April 2021 update: we’re excited that we were able to get our first Covid vaccine! We’re enjoyed exploring around our new home in New England this past year, but are excited to (hopefully) start exploring further afield again. We haven’t concretely planned anything quite yet, and since children can’t yet be vaccinated, we’re trying to figure out our comfort levels. But hopefully, we’ll have more new adventures to share!
Continuing our series on the Museum of Fine Arts (MFA) in Boston, Massachusetts, we will move on from Egypt and explore the European Collection. As you explore this collection, you will find artwork ranging from medieval through the mid-1900’s and covering several genres, including paintings, sculptures, and decorative arts.
If you have ever visited the great cathedrals or museums in Europe you should come away with an appreciation of how talented the European artists were. After visiting the Vatican in Rome; the Accademia in Florence; the Louvre in France; and cathedrals in Ukraine, Austria and Germany, and elsewhere in Europe, I am always on the lookout for a good art museum. The MFA fits the bill!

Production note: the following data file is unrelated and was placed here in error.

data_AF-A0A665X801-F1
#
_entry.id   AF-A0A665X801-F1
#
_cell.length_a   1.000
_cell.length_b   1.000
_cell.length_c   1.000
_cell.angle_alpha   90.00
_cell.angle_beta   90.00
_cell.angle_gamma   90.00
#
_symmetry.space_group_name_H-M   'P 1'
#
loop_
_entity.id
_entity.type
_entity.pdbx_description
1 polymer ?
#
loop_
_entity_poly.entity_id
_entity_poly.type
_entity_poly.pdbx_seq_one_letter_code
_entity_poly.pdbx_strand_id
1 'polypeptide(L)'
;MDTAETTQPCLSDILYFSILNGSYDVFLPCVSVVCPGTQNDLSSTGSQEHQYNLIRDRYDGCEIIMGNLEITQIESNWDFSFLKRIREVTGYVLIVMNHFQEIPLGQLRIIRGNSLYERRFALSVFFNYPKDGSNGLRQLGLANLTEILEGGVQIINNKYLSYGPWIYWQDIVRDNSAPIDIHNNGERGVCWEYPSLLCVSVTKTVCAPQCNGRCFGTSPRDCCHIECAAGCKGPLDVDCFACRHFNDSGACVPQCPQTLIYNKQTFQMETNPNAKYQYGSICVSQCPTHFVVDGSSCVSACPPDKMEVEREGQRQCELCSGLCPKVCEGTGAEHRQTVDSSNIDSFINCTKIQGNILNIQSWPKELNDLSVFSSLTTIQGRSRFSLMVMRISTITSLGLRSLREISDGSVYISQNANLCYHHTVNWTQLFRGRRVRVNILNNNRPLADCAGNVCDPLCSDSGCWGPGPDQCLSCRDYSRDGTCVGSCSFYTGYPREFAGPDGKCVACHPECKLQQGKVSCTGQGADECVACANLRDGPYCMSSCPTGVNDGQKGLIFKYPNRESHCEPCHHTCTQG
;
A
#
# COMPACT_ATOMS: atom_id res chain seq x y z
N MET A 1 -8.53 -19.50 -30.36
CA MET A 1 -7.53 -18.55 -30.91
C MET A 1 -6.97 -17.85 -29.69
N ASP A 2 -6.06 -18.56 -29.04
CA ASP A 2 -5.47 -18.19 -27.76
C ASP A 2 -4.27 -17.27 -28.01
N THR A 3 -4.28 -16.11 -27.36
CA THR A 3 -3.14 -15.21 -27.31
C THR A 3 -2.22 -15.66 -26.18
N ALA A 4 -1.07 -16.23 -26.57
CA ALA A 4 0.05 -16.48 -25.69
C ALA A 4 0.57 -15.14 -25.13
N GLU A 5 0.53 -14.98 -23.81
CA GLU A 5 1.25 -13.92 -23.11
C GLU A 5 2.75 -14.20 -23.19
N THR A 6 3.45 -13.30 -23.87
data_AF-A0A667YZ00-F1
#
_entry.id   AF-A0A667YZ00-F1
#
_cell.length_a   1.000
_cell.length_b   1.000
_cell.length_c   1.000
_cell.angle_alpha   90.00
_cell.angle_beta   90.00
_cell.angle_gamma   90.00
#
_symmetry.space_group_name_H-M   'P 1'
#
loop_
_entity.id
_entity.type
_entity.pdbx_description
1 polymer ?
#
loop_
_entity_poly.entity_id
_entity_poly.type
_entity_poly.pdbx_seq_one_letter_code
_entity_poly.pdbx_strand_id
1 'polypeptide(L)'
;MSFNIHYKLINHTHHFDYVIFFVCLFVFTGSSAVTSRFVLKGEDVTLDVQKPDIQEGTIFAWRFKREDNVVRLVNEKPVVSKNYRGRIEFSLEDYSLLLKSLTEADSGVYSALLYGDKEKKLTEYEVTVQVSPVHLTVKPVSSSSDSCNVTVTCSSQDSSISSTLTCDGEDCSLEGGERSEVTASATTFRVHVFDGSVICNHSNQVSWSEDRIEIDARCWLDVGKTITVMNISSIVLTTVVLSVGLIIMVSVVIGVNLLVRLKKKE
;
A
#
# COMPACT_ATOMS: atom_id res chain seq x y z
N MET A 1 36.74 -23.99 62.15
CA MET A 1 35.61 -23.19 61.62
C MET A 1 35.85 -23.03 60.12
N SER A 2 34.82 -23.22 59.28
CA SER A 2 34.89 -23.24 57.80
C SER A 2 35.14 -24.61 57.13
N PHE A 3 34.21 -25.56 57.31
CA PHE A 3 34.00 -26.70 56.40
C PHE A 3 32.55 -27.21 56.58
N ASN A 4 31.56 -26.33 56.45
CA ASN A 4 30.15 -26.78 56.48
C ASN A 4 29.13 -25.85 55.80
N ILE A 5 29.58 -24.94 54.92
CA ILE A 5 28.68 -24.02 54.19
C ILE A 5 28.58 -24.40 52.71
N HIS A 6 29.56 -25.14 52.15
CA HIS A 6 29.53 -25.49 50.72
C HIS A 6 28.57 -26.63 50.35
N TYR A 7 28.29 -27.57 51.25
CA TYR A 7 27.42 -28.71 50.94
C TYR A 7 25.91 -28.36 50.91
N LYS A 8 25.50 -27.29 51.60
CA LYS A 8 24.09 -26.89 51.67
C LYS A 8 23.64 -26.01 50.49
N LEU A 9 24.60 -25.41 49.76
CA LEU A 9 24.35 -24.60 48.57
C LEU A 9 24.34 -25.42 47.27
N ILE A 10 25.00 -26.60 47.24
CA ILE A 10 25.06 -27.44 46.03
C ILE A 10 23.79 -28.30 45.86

Location: The Museum of Fine Arts is located right next to the Back Bay Fens at 465 Huntington Ave, Boston, MA 02115
Cost: Tickets currently cost $25/Free for Adult/Child(0-17), plus extra if you want to see special exhibitions.
Getting There by Subway: If you are traveling by public transportation, you can take the MBTA Green Line E train to the Museum of Fine Arts stop, or the Orange Line train to the Ruggles stop. There are also several bus options.
Getting There by Car: Alternatively, you can park in one of the Museum lots or garages (museum members get a nice discount), use the Spot Hero app to find a different garage, or hope that a meter is available. You can pay for most meters by using the Park Boston app.
My favorite part of European art is the paintings. No matter whether you love a good landscape, a picture of everyday life, a portrait, a gory battle scene, or scantily clad women bathing, there will be something for you.
While the MFA doesn’t have an extensive medieval collection, they do have a few pieces. The Crucifixtion; the Redeemer with Angels; Saint Nicholas; Saint Gregory was painted with tempura on panel by Italian Duccio di Buonisegna. While the halos of Jesus and the saints aren’t as prominent in this particular painting, the gold colors often used in medieval art make the era of the artwork immediately recognizable.